Michael Blanding in the New York Times:
For years scholars have debated what inspired William Shakespeare’s writings. Now, with the help of software typically used by professors to nab cheating students, two writers have discovered an unpublished manuscript they believe the Bard of Avon consulted to write “King Lear,” “Macbeth,” “Richard III,” “Henry V” and seven other plays.
The news has caused Shakespeareans to sit up and take notice.
“If it proves to be what they say it is, it is a once-in-a-generation — or several generations — find,” said Michael Witmore, director of the Folger Shakespeare Library in Washington.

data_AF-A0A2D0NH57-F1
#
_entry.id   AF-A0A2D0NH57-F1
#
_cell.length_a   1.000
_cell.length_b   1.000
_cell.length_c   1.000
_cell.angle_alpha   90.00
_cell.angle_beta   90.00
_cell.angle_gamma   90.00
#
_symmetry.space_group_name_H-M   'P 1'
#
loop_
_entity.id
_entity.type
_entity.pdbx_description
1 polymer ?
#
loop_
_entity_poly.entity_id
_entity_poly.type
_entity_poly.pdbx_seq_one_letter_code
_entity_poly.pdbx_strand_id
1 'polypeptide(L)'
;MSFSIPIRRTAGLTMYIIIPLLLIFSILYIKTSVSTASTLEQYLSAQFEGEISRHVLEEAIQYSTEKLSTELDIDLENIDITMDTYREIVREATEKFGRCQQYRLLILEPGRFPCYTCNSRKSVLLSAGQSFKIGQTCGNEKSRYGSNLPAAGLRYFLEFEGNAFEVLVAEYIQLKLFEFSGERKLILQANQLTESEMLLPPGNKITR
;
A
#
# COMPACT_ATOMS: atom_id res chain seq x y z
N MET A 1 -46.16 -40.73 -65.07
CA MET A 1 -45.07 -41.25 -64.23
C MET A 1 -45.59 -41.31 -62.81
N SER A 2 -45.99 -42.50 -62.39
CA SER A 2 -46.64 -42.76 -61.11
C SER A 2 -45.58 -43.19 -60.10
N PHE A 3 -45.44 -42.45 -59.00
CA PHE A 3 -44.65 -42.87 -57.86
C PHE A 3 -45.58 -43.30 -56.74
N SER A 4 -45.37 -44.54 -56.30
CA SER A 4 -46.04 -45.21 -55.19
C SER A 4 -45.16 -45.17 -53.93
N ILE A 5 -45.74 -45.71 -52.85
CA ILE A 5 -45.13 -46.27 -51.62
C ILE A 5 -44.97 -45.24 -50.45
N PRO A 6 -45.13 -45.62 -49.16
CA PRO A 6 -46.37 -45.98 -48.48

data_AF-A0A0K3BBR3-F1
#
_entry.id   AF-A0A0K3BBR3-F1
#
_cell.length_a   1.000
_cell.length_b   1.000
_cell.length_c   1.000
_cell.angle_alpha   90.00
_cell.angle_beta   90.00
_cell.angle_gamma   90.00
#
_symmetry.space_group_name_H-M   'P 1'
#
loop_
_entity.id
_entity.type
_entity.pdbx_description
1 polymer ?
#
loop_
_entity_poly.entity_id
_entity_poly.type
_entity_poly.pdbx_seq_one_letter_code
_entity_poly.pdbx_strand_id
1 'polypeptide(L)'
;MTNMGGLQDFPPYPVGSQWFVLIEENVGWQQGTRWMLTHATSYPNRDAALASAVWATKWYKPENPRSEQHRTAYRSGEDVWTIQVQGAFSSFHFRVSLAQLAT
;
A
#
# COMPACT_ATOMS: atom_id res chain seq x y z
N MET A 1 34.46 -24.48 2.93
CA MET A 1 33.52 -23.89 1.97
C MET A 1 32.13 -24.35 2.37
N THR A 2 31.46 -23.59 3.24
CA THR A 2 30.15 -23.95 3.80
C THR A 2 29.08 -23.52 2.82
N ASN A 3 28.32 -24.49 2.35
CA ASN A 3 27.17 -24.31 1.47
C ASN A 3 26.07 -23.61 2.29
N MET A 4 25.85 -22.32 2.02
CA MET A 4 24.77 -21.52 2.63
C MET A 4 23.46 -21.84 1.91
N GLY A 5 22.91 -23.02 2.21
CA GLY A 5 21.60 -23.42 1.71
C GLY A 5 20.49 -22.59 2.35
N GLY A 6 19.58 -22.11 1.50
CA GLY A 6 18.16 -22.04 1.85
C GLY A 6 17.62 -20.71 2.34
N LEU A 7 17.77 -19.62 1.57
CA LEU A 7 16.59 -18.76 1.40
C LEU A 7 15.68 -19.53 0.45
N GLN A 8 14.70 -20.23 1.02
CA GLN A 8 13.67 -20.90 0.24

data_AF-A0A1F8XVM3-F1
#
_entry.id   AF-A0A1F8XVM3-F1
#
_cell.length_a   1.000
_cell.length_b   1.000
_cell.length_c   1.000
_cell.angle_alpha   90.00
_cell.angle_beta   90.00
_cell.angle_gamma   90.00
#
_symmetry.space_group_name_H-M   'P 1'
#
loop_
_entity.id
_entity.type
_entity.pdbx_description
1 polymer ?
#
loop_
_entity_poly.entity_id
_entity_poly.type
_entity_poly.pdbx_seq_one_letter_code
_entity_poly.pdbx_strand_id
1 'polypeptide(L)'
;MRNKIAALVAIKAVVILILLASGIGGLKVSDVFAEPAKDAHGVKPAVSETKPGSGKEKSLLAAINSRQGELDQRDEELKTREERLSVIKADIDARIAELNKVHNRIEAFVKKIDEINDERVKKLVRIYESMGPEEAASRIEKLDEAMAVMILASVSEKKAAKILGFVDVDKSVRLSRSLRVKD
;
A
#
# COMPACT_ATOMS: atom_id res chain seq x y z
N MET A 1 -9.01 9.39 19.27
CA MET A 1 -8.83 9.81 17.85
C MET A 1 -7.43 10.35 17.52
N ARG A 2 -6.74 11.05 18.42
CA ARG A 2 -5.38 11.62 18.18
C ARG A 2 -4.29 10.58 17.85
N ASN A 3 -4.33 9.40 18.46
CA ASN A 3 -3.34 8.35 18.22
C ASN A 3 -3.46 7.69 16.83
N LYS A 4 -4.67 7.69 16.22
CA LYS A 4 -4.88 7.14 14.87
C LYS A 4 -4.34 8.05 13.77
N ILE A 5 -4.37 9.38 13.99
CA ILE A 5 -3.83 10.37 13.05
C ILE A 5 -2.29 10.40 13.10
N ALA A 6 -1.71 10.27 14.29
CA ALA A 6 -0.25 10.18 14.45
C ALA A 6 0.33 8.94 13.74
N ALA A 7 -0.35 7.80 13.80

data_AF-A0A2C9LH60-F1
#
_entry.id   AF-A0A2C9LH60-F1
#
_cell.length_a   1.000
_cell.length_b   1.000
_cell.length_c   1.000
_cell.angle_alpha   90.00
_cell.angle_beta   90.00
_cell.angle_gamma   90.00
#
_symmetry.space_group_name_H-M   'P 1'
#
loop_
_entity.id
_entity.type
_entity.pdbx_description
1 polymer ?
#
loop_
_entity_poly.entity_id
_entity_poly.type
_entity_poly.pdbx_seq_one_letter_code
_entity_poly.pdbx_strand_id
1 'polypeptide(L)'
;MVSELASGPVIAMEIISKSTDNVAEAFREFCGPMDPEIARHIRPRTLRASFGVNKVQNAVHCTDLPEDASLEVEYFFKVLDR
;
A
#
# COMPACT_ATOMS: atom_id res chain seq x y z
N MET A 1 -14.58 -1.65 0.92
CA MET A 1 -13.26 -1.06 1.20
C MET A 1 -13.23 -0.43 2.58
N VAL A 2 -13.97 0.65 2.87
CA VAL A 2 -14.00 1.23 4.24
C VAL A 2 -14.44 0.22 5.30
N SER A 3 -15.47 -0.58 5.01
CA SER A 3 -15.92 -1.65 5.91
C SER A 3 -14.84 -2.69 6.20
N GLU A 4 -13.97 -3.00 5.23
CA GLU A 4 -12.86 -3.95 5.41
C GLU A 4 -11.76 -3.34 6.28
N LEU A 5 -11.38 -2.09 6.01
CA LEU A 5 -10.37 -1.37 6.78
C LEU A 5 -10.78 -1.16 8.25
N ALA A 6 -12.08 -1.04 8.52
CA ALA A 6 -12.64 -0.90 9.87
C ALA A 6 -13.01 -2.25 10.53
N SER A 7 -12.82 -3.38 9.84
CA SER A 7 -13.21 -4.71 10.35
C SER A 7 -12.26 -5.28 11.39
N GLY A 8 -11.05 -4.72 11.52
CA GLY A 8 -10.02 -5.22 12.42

The findings were made by Dennis McCarthy and June Schlueter, who describe them in a book to be published next week by the academic press D. S. Brewer and the British Library. The authors are not suggesting that Shakespeare plagiarized but rather that he read and was inspired by a manuscript titled “A Brief Discourse of Rebellion and Rebels,” written in the late 1500s by George North, a minor figure in the court of Queen Elizabeth, who served as an ambassador to Sweden.
“It’s a source that he keeps coming back to,” said Mr. McCarthy, a self-taught Shakespeare scholar, during a recent interview at his home in North Hampton, N.H. “It affects the language, it shapes the scenes and it, to a certain extent, really even influences the philosophy of the plays.”
More here. [Thanks to Laura Claridge.]